She helps people walk for healthy babies
Andrea Swedin isn't a mom. She hasn't really had anyone close to her go through a troubled pregnancy. But all the same, she put in a really long day Sunday, helping to coordinate the March for Babies through the March of Dimes.
A special events coordinator for the March of Dimes, Swedin is one of a handful of people who plan fund raising efforts around the state to raise money for research on birth defects and the causes of premature births.
A self-described "Farmingtonite," Swedin attended the University of Minnesota, Duluth after graduating from Farmington High School. She earned a degree in health education - she figured she'd go into teaching - but came home to look for a job. While her search was on, she went back to KinderCare, where she'd worked when she was younger, just to have a job.
And sometimes, things just fall into place. One day, she was talking to the father of a child at KinderCare. It was idle conversation that somehow turned to her job search. She mentioned her degree, he mentioned his position at the March of Dimes, and that there was an opening for a special events coordinator. One thing led to another, and she locked in the position.
That was back in 2007. Since then, Swedin has spent a lot of time working with teams and companies, and simply making people aware of the March of Dimes' mission. There are lots of smaller fund raising events she works on, but the March for Babies is the biggest. From January through April, the March for Babies is the focus of her attention.
March for Babies
Swedin calls the March for Babies the "signature event" for the March of Dimes. The March of Dimes, as a nonprofit, puts that money into research to help identify why premature births occur, and research to help those premature babies survive. Often, babies who are born prematurely suffer some sort of birth defect, or even face death. By funding research, the March of Dimes tries to eliminate those risks.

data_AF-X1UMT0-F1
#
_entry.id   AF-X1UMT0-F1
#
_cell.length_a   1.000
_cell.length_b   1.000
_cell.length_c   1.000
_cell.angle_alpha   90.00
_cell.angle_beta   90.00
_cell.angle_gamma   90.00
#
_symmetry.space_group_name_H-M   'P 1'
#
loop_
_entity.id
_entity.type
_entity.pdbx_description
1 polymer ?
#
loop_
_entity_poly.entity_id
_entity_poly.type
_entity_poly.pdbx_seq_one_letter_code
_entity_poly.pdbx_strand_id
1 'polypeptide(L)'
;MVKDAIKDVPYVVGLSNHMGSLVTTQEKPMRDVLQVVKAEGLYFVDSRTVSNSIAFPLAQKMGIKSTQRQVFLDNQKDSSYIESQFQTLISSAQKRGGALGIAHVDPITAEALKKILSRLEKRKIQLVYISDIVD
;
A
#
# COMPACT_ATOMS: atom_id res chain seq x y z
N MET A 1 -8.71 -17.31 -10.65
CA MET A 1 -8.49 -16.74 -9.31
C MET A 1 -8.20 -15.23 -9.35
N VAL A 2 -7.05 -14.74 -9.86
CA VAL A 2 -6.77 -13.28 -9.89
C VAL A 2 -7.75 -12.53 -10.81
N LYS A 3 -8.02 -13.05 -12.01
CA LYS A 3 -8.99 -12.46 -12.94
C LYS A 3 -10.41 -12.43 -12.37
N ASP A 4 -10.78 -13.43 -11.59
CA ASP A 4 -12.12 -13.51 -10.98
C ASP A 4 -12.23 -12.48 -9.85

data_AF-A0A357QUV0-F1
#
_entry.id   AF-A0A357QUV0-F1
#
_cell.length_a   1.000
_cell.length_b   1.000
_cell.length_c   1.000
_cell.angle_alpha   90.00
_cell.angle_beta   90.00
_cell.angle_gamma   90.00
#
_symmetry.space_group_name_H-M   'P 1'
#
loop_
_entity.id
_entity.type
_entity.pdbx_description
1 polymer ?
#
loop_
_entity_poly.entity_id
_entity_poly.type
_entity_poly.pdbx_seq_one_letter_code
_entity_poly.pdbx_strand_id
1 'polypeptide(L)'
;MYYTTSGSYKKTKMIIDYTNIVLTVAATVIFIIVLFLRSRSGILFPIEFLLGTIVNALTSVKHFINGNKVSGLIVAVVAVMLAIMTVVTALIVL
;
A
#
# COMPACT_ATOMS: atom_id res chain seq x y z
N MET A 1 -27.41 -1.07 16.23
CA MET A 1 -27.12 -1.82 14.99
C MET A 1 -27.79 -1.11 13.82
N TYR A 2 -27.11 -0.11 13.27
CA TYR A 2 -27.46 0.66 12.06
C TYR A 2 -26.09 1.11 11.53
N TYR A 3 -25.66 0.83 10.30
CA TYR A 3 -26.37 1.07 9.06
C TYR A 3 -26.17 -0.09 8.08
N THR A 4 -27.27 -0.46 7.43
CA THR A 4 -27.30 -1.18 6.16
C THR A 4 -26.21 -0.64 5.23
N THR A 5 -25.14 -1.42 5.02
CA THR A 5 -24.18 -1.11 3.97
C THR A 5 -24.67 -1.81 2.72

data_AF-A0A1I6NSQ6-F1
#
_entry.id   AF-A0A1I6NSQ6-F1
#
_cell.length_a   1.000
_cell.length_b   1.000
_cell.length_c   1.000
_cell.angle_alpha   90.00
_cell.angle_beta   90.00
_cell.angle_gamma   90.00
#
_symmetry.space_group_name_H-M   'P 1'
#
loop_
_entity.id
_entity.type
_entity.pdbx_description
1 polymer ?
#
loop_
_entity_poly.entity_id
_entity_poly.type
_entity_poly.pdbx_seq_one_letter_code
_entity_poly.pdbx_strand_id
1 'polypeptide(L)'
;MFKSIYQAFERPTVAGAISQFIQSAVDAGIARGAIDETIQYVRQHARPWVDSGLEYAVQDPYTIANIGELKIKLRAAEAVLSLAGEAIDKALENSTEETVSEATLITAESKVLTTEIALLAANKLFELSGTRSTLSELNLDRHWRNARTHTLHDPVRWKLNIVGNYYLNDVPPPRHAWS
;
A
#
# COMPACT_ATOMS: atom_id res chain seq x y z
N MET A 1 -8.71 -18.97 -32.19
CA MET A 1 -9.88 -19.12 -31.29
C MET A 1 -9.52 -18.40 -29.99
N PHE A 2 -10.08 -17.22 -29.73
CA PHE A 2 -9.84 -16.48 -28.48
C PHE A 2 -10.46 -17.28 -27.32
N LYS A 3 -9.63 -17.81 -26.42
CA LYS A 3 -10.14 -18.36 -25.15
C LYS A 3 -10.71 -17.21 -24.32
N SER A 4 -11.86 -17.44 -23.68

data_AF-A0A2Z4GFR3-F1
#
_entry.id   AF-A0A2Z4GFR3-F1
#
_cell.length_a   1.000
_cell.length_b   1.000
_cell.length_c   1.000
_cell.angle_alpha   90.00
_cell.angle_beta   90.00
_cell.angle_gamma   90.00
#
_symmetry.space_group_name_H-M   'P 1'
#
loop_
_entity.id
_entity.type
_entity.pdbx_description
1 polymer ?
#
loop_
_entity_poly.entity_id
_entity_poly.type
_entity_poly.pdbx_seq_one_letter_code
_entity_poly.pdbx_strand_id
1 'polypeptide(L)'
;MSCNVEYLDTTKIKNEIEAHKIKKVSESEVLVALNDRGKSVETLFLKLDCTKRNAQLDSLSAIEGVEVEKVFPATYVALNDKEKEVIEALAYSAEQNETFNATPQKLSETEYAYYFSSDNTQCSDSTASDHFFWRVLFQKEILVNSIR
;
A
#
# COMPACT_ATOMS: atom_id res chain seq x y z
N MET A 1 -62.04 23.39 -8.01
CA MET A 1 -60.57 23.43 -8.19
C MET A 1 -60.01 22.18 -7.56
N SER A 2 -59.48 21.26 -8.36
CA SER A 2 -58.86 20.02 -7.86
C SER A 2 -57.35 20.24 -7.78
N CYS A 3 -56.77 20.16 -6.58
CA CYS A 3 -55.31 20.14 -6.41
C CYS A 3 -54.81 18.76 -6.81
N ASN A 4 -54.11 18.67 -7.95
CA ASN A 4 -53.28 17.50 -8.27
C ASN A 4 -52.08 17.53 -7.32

The Greater Twin Cities March for Babies was held last Sunday, with walks in Minneapolis, St. Paul, and Stillwater. Combined, nearly 4,000 people made the walk, and raised more than $1 million for the first time in the history of Minnesota's program. The Stillwater walk raised about $40,000. Swedin said 77 cents of every dollar raised will go to research.
The March of Dimes uses that money as grant funding. There's about $2 million in grants being used for research at the University of Minnesota and the Mayo Clinic. Another $55,000 goes back into the communities to help families who have a child who was born prematurely.
Swedin's morning started pretty early Sunday. By 6 a.m., she was out at Boom Island, setting up for the Minneapolis walk, which is typically the largest of the three. Since she was the coordinator for the Stillwater walk, though, she had to leave before the Minneapolis walk even started.
Making it happen
This isn't the first year Swedin has been involved in the March for Babies. Since she took her job in 2007, she's got a few under her belt already. The Stillwater walk is smaller - only about 75 people turned out, compared to the 1,000 or so who were at the Minneapolis walk - but the enthusiasm is still overwhelming.
"It's just such a cool thing to see that many people coming together for a cause they all believe in, and one that I believe in," she said. "I just got chills. I've never had a child, but I work with so many families who have been affected, and I feel so close to the mission, that it's absolutely incredible."
She spent the better part of her day Saturday out in Stillwater with her mom, Mary, driving around the 3 1/2 mile course and putting out the markers. By 10 a.m. Sunday, she was on her way back, ready to set up at the Stillwater walk.
The only problem was, this year she wasn't able to make solid connections with volunteer groups in Stillwater. She needed people to help with checking in teams, people to hand out snacks and water at the check points and people to just cheer on the walkers. So she turned to her family and friends from Farmington. She had about a dozen folks who gave up part of their Sunday to help.
"It was a busy day, but we have lots to celebrate," Swedin said. "Everyone's together on this, and they're all fighting for the same thing."
Though most of Swedin's focus from January through April is directed at the March for Babies, her job does, in fact, fill up a whole year. There are some other events she works on - gala fund-raising events, "Jail and Bail" fund-raisers, things of that nature - plus she uses her time to help teams plan events to raise money for upcoming walks.